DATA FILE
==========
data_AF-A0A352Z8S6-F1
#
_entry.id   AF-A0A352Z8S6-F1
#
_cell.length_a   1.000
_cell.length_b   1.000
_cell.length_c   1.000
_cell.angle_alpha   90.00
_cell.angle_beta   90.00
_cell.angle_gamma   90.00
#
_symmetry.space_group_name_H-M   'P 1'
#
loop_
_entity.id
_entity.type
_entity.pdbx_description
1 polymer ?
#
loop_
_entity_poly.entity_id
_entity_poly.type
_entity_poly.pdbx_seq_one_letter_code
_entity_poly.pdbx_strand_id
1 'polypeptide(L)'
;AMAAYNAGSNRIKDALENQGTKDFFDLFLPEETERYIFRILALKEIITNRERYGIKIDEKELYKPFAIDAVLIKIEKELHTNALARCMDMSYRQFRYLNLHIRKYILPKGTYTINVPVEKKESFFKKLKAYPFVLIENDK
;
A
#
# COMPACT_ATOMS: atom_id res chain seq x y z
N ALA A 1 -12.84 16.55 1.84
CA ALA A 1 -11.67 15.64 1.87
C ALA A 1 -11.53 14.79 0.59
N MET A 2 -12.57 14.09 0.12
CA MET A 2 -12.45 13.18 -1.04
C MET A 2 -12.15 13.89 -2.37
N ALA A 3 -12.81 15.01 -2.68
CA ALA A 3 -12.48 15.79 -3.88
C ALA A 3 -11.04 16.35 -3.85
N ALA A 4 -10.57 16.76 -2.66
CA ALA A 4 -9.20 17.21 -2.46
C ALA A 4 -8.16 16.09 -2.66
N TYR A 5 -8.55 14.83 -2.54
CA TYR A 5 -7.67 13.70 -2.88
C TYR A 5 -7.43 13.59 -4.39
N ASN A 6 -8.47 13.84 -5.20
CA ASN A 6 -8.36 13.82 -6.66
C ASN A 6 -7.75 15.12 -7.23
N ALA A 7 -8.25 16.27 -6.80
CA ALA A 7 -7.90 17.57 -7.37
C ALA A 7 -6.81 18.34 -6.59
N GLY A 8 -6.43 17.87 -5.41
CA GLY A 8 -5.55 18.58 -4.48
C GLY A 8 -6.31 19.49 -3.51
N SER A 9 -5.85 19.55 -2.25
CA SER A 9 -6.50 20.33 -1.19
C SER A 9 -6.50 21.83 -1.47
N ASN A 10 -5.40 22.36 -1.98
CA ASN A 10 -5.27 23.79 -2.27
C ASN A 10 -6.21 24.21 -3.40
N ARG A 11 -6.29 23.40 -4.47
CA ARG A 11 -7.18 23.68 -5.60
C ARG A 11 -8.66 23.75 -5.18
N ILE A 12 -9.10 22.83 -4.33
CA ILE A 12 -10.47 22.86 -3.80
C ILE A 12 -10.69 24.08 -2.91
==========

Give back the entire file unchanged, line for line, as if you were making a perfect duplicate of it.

data_AF-A0A352Z8S6-F1
#
_entry.id   AF-A0A352Z8S6-F1
#
_cell.length_a   1.000
_cell.length_b   1.000
_cell.length_c   1.000
_cell.angle_alpha   90.00
_cell.angle_beta   90.00
_cell.angle_gamma   90.00
#
_symmetry.space_group_name_H-M   'P 1'
#
loop_
_entity.id
_entity.type
_entity.pdbx_description
1 polymer ?
#
loop_
_entity_poly.entity_id
_entity_poly.type
_entity_poly.pdbx_seq_one_letter_code
_entity_poly.pdbx_strand_id
1 'polypeptide(L)'
;AMAAYNAGSNRIKDALENQGTKDFFDLFLPEETERYIFRILALKEIITNRERYGIKIDEKELYKPFAIDAVLIKIEKELHTNALARCMDMSYRQFRYLNLHIRKYILPKGTYTINVPVEKKESFFKKLKAYPFVLIENDK
;
A
#
# COMPACT_ATOMS: atom_id res chain seq x y z
N ALA A 1 -12.84 16.55 1.84
CA ALA A 1 -11.67 15.64 1.87
C ALA A 1 -11.53 14.79 0.59
N MET A 2 -12.57 14.09 0.12
CA MET A 2 -12.45 13.18 -1.04
C MET A 2 -12.15 13.89 -2.37
N ALA A 3 -12.81 15.01 -2.68
CA ALA A 3 -12.48 15.79 -3.88
C ALA A 3 -11.04 16.35 -3.85
N ALA A 4 -10.57 16.76 -2.66
CA ALA A 4 -9.20 17.21 -2.46
C ALA A 4 -8.16 16.09 -2.66
N TYR A 5 -8.55 14.83 -2.54
CA TYR A 5 -7.67 13.70 -2.88
C TYR A 5 -7.43 13.59 -4.39
N ASN A 6 -8.47 13.84 -5.20
CA ASN A 6 -8.36 13.82 -6.66
C ASN A 6 -7.75 15.12 -7.23
N ALA A 7 -8.25 16.27 -6.80
CA ALA A 7 -7.90 17.57 -7.37
C ALA A 7 -6.81 18.34 -6.59
N GLY A 8 -6.43 17.87 -5.41
CA GLY A 8 -5.55 18.58 -4.48
C GLY A 8 -6.31 19.49 -3.51
N SER A 9 -5.85 19.55 -2.25
CA SER A 9 -6.50 20.33 -1.19
C SER A 9 -6.50 21.83 -1.47
N ASN A 10 -5.40 22.36 -1.98
CA ASN A 10 -5.27 23.79 -2.27
C ASN A 10 -6.21 24.21 -3.40
N ARG A 11 -6.29 23.40 -4.47
CA ARG A 11 -7.18 23.68 -5.60
C ARG A 11 -8.66 23.75 -5.18
N ILE A 12 -9.10 22.83 -4.33
CA ILE A 12 -10.47 22.86 -3.80
C ILE A 12 -10.69 24.08 -2.91